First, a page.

the machining means (25) makes and executes a machining program for removing the burr (6) according to the cutting movement pattern."

X. Claim 1 of the first auxiliary request differs from claim 1 of the main request in that, in the ninth paragraph, the wording

"and also finds a height of the burr"

has been replaced by

"and also finds the highest height of the burr"

and in that, in the tenth paragraph, the wording

"according to the height of the burr"

has been replaced by

"according to the highest height of the burr".

XI. Claim 1 of the second auxiliary request differs from claim 1 of the main request in that, at the end, the following wording has been added:

"wherein the force measurement means (3) is a force sensor (3) attached to the robot (1), and the finishing machine operates while the machining tool (4) and the workpiece (5) positively come into contact with each other when force control is conducted using the force sensor (3) in the process of executing tracer control".

XII. Claim 1 of the third auxiliary request differs from claim 1 of the second auxiliary request in that, at the end, the following wording has been added:

"wherein a force in the pushing direction is detected by the force sensor (3) in the process of tracer control, and the contact position of the machining tool (4) with the workpiece (5) is corrected and recorded according to a flexure of the robot (1) estimated by the detected force in the pushing direction".

Reasons for the Decision

1. Main request - claim 1 - inventive step

1.1 The present application is concerned with a finishing machine for scanning the surface of a workpiece in order to detect a burr on it and for removing the burr. The closest prior art is considered to be represented by document D1, which also discloses a finishing machine.

1.2 D1, using the language of claim 1, discloses a finishing machine for finishing a workpiece, which is arranged outside a robot, by the robot attached to a machining tool (see Fig. 1 and column 3, lines 39 to 42), so that the shape of the workpiece can be close to a target shape (see the abstract and column 5, lines 57 to 61), the finishing machine comprising:

a) a means for making a moving path of the machining tool attached to the robot based on a target shape Computer Aided Design data of the workpiece, which is found from workpiece Computer Aided Design data (see column 5, lines 39 to 51, and column 3, lines 45 to 50, the board being of the view that the use of a computer for recording and transferring the design shape data implies the use of a computer aid and, hence, that the design shape data may be referred to as CAD data);

b) a means for finding a position of the workpiece with respect to the robot (see column 10, lines 11 to 19, it being noted that the step of inputting "a positional relation between the robot and the workpiece" to the robot controller implies the presence of means for finding this positional relation);

c) a force measurement means for measuring a force acting between the machining tool and the workpiece (see column 3, lines 39 to 42);

d) a tracer control means for tracing a surface of the workpiece along the moving path by using a surface shape measuring sensor (see column 4, lines 2 to 6, FIG. 19, step "SHAPE MEASURING SENSOR IS MOVED ALONG TRACE LINE");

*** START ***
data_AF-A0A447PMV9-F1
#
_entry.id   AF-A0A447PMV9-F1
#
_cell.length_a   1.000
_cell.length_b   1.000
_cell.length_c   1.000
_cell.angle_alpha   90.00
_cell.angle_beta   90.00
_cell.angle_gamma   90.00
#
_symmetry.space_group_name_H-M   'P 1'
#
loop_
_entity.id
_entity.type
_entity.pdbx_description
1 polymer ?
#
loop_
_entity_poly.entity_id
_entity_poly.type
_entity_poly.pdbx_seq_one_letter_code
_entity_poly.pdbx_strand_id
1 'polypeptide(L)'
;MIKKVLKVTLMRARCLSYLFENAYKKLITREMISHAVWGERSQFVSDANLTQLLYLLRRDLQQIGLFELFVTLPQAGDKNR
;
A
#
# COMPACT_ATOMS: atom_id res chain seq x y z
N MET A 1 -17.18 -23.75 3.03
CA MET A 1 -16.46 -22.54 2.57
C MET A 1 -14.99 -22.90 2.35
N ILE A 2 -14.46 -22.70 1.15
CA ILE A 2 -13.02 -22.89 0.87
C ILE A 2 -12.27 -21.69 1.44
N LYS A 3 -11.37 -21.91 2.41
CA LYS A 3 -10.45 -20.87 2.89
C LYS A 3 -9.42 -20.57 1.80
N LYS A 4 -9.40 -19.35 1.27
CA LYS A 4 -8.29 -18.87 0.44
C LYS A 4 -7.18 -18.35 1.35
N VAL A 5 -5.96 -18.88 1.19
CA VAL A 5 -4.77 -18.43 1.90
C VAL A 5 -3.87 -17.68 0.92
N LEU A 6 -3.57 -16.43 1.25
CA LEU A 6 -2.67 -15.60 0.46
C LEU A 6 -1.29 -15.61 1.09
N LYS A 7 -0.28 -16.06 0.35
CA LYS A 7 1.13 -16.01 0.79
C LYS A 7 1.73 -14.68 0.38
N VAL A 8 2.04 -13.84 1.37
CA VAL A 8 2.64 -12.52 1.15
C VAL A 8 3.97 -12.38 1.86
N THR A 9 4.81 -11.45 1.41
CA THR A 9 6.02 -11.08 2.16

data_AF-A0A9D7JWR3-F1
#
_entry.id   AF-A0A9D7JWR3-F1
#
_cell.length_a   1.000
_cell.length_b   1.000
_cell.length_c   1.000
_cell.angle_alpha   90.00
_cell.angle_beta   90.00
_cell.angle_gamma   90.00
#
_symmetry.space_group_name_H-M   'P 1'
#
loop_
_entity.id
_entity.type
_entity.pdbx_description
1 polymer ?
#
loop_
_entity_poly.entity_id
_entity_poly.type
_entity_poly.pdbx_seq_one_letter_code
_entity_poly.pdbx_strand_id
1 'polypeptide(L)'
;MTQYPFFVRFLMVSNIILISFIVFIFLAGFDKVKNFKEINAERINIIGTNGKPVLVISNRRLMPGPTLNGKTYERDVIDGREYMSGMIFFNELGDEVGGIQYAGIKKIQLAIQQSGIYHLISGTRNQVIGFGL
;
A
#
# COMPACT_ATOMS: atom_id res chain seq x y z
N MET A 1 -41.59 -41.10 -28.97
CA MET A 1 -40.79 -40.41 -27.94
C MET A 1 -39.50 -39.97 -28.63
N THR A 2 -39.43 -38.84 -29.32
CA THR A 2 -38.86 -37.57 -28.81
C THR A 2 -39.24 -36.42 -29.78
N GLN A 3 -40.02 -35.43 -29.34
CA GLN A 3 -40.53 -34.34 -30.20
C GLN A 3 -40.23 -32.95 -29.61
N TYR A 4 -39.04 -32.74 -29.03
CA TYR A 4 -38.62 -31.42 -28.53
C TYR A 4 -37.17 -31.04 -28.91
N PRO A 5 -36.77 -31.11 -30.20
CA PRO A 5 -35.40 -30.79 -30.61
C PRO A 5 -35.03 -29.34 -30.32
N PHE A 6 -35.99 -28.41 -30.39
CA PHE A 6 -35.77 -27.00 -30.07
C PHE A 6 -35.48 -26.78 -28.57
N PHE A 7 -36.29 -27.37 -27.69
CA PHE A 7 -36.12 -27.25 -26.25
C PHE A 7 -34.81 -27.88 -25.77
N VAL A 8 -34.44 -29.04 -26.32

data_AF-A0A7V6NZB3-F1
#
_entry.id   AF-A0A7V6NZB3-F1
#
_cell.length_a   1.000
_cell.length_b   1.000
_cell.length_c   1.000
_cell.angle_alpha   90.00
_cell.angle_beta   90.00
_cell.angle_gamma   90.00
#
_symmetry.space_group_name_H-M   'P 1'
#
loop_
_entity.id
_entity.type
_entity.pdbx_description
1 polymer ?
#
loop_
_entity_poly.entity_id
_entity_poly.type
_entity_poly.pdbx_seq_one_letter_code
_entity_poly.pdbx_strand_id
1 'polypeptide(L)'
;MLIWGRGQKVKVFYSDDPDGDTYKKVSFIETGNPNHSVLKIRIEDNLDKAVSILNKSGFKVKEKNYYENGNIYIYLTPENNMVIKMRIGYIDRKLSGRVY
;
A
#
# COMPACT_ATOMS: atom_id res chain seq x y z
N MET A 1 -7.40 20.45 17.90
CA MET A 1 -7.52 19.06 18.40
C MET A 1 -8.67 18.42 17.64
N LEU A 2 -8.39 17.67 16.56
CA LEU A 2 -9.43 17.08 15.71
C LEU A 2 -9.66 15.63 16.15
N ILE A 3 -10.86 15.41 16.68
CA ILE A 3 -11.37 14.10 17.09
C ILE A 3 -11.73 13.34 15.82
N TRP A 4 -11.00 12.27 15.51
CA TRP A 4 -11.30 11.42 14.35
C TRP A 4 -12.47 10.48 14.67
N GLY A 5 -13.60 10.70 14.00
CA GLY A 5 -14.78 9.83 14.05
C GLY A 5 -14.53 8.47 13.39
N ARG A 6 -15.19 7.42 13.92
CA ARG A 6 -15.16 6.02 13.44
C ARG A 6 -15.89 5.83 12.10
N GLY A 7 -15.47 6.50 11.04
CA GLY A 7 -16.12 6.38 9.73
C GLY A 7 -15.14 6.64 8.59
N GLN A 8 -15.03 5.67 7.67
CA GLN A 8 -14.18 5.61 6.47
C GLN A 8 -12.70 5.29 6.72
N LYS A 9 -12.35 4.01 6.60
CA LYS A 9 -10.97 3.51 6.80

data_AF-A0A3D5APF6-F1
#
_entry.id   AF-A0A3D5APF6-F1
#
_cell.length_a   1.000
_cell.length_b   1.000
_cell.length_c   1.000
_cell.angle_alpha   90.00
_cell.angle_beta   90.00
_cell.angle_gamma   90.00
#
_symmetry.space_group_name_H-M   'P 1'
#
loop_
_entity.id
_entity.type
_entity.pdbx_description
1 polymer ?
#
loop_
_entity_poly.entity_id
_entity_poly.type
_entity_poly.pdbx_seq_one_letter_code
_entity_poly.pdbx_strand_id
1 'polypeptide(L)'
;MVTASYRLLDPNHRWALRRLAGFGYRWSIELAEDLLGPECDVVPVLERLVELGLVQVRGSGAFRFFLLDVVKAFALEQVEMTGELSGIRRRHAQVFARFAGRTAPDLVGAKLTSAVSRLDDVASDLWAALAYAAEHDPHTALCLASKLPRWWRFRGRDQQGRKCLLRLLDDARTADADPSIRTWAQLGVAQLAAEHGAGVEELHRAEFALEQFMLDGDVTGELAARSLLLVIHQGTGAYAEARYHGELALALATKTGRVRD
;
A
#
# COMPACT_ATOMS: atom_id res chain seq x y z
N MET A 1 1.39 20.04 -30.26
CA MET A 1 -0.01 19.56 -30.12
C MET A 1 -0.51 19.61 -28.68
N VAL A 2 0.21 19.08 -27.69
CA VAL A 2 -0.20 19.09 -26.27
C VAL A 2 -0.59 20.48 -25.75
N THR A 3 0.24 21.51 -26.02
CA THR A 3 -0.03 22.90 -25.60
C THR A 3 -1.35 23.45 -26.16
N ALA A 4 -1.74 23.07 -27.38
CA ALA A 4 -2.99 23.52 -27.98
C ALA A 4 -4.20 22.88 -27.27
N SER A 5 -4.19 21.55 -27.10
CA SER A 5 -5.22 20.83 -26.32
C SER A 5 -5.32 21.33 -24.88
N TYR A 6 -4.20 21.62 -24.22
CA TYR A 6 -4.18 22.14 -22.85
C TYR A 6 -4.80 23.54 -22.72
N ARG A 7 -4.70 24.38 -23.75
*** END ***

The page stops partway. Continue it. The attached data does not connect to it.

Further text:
e) a surface shape acquisition means for acquiring a surface shape of the workpiece, wherein the result is recorded (see column 5, lines 33 to 38 and lines 57 to 61, it being noted that, since, in the next step, the data is to be compared, it is implicit that the surface shape data is stored and, hence, recorded);

f) a comparing means for comparing the surface shape of the workpiece, which has been acquired by the surface shape acquisition means, with the target shape (see column 5, lines 57 to 61); and

g) a machining means for machining the workpiece along the moving path corrected by the result of comparison made by the comparison means, while the position of the machining tool is controlled so that the workpiece shape becomes close to the target shape (see column 10, lines 21 to 33);

h) the machining means is designed to find a start position, in which a difference between the initial surface shape and the target shape of the workpiece exists, and an end position of a burr, in which the difference between the initial surface shape and the target shape of the workpiece does not exist, and also finds a height of the burr by a tracing passage obtained by the tracer control means according to the result of the comparison made by the comparison means (N.B.: The measured surface is divided into a non-excessive and an excessive portion, i.e. a burr, which is automatically scraped off, see the abstract and column 5, lines 57 to 61, which implies that the start and end positions of the burr are identified. Further, the feed speed for scraping off the burr may be controlled based on the cross-sectional area of the burr, which implies that the height of the burr is known for calculating the cross-sectional area, cf. column 4, lines 24 to 28. Further, Figs 5 and 6 respectively show marks for a start and an end position and explicitly mention the width and the height of a burr), and

i) to calculate the number of times of cutting to remove the burr and a cutting movement pattern for removing the burr so as to move from the start position to the end position of the burr according to the height of the burr and the setting depth of cut after the machining tool is moved from the end position to the next start position of the burr (it being noted that if the cross-sectional area of the burr is significantly large, it is removed by a plurality of feed operations, i.e. times of cutting, which implies that the number thereof needs to be calculated, which necessarily takes into account the setting depth of cut, see column 7, lines 60 to 66), and

j) the machining means makes and executes a machining program for removing the burr according to the cutting movement pattern (see column 10, lines 29 to 33).

1.3 The subject-matter of claim 1 thus differs from the finishing machine disclosed in D1 in that according to claim 1:

i) the means for finding a position of the workpiece with respect to the robot includes a visual sensor arranged at a predetermined position or a visual sensor attached to the robot, the visual sensor being suitable for obtaining an image of the workpiece; and